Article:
This morning, Brian Kelly had his usual post-practice presser. It included most of the usual: injury updates, thoughts on position battles, and even a bit of talk about pushing to have his starters out on special teams like Alabama did.
Near the end of his presser though, a mention of secondary depth caught my attention. Specifically the ability to now do something we couldn’t do last season: use the “Dime” package. In this age of the spread, the ability to use this package is vital and it’s absence in 2012 makes the performance by the ND secondary that much more impressive.
Let’s dig deeper into this defensive concept, but feel free to watch the entire presser below before we move on:
If you look back at my 3-4 Defense Primer, you will see a mention of the “Nickel” package at the bottom. In that diagram, I show a single-back look, with three wide receivers and a tight end, which is also called 11 personnel (first number is for number of backs: 1, second number is for number of TEs: 1). While that lines up quite evenly, what happens when the offense goes into a 4-WR or 10 personnel look and all we can do is line up in Nickel as shown below?
With this alignment, the offense has just created a host of problems and potential mismatches.
In man coverage, either a LB or a safety will be assigned to one of the WRs. A matchup of LB vs WR is never desirable for obvious speed reasons — even swapping out the WILL LB for a DOG (coverage) LB in this situation won’t solve that. Bringing a safety down into coverage can also cause it’s own issues, as running a Cover 2 (two DBs playing a deep zone) becomes practically impossible. This would then leave a single safety out deep in Cover 1 and, if he bites in the wrong direction, the potential for a one-on-one deep bomb emerges.
Of course, the defense can counter with a zone. With this scheme, each man dropped into coverage only covers an assigned area of the field. Generally, the goal of zone coverage is to keep the play in front of you and not give up a play deep. However, mismatches will still exist in coverage as there will be “holes” or “soft spots” in any zone. The quarterback must properly read these coverages and throw into the proper window or exploit the best mismatch. A misread by the QB can likely mean a tougher throw or, in some cases, a QB can completely miss seeing a defender and throw it right at him (see: Denard Robinson to Manti Te’o).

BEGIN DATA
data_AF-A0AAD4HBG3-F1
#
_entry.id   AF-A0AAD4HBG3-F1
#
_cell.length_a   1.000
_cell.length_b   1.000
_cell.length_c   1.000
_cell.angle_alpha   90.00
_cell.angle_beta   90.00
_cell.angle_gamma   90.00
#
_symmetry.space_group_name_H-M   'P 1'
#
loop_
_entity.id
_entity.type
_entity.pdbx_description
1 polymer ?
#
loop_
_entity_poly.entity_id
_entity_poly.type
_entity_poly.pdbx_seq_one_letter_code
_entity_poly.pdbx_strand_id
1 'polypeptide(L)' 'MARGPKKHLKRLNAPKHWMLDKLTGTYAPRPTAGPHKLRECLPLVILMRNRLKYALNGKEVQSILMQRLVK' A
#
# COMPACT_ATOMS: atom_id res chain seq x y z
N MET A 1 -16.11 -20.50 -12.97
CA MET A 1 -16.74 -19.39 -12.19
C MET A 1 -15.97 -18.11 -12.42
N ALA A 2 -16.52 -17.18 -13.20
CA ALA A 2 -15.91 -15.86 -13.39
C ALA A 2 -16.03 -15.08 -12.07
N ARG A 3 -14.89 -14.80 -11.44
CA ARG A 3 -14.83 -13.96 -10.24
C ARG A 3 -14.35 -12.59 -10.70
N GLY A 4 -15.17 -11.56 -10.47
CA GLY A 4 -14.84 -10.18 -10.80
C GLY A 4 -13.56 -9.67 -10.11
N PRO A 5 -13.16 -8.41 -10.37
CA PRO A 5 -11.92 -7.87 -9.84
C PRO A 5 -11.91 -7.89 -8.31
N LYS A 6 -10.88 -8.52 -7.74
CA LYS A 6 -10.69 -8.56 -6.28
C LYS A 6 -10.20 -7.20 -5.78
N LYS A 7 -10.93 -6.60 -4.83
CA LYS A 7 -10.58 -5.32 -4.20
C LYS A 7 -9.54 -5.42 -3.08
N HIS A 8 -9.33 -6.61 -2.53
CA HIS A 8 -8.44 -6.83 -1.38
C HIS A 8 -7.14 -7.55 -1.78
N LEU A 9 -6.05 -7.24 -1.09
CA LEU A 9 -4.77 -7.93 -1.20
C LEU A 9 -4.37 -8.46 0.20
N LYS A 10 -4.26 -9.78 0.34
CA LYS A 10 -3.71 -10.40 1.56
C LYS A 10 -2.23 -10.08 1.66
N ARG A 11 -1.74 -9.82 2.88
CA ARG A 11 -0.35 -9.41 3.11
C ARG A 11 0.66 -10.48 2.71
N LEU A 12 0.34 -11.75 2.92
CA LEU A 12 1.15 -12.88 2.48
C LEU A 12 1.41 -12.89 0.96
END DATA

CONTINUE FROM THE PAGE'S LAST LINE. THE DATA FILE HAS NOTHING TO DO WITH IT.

A solid pass rush from the defensive line can ease both of the problems above. A WR might not beat his mismatch man coverage in time or a QB might not be able to read a zone quick enough with a pass rusher breathing down his back. Notre Dame relied quite heavily on that throughout the season; however, the downside is that if a good QB is given all day long to throw, your defense will eventually be picked apart.
To counter the 10 personnel and reduce such headaches, a defense can use the Dime package:
(Note: The line could also look like a traditional 4-3 front with 2 DEs and 2 DTs. The NG could also be swapped out for a more agile DT. Since there are loads of options, I just kept diagrams consistent.)
Now, the defense has a CB available for every WR on the field. There is no more obvious mismatches in man coverage as every CB can cover a WR. Zones are now more effective as well with the additional speed on the field. Finally, blitzes become a better option than before. If a CB or the MIKE blitzes, you aren’t left with some glaring holes like you would be if you attempted the same thing in the Nickel.
Simply put: flexibility is back. More flexibility means options for more exotic blitzes and coverages are back on the table. The more you mix things up, the more you force the offense to read and react. Staying vanilla and simple is a football death wish.
So why did ND never run a Dime package last season?
Brian Kelly politely gave the reason as a “lack of depth” at the CB position, but what he really meant was that the Irish didn’t have a 4th CB that he felt could actually hold his own out on the field in 2012. Or, to put it another way, Kelly felt that the potential mismatches running Nickel against a 10 personnel would be better than running his 4th best CB out on the field.
So we should further marvel that our depleted secondary in 2012 somehow only managed to give up 13 points to a high-powered spread offense like OU without going into the Dime. However, with secondary injuries healed and new talent from the 2013 recruiting class, Kelly feels like the Dime is back in play again, which great news for the Irish defense.